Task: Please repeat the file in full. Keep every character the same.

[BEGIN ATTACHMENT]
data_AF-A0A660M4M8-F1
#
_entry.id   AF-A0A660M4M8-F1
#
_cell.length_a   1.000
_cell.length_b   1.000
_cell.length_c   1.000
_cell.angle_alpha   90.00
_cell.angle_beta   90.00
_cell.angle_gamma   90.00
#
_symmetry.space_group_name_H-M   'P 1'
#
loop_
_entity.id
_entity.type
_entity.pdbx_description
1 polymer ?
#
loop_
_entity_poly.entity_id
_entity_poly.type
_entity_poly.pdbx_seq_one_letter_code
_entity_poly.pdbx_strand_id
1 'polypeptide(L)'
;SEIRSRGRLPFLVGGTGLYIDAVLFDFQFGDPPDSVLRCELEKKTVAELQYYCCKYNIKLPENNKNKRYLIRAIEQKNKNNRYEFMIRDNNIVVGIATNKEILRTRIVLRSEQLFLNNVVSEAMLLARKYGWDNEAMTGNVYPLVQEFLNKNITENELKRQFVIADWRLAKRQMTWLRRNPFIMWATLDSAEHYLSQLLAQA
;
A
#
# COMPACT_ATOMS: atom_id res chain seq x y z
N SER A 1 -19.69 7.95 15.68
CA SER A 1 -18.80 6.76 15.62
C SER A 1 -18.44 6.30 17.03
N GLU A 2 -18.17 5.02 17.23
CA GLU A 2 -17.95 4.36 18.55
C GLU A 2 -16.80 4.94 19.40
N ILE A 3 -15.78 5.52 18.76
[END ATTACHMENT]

data_AF-A0A660M4M8-F1
#
_entry.id   AF-A0A660M4M8-F1
#
_cell.length_a   1.000
_cell.length_b   1.000
_cell.length_c   1.000
_cell.angle_alpha   90.00
_cell.angle_beta   90.00
_cell.angle_gamma   90.00
#
_symmetry.space_group_name_H-M   'P 1'
#
loop_
_entity.id
_entity.type
_entity.pdbx_description
1 polymer ?
#
loop_
_entity_poly.entity_id
_entity_poly.type
_entity_poly.pdbx_seq_one_letter_code
_entity_poly.pdbx_strand_id
1 'polypeptide(L)'
;SEIRSRGRLPFLVGGTGLYIDAVLFDFQFGDPPDSVLRCELEKKTVAELQYYCCKYNIKLPENNKNKRYLIRAIEQKNKNNRYEFMIRDNNIVVGIATNKEILRTRIVLRSEQLFLNNVVSEAMLLARKYGWDNEAMTGNVYPLVQEFLNKNITENELKRQFVIADWRLAKRQMTWLRRNPFIMWATLDSAEHYLSQLLAQA
;
A
#
# COMPACT_ATOMS: atom_id res chain seq x y z
N SER A 1 -19.69 7.95 15.68
CA SER A 1 -18.80 6.76 15.62
C SER A 1 -18.44 6.30 17.03
N GLU A 2 -18.17 5.02 17.23
CA GLU A 2 -17.95 4.36 18.55
C GLU A 2 -16.80 4.94 19.40
N ILE A 3 -15.78 5.52 18.76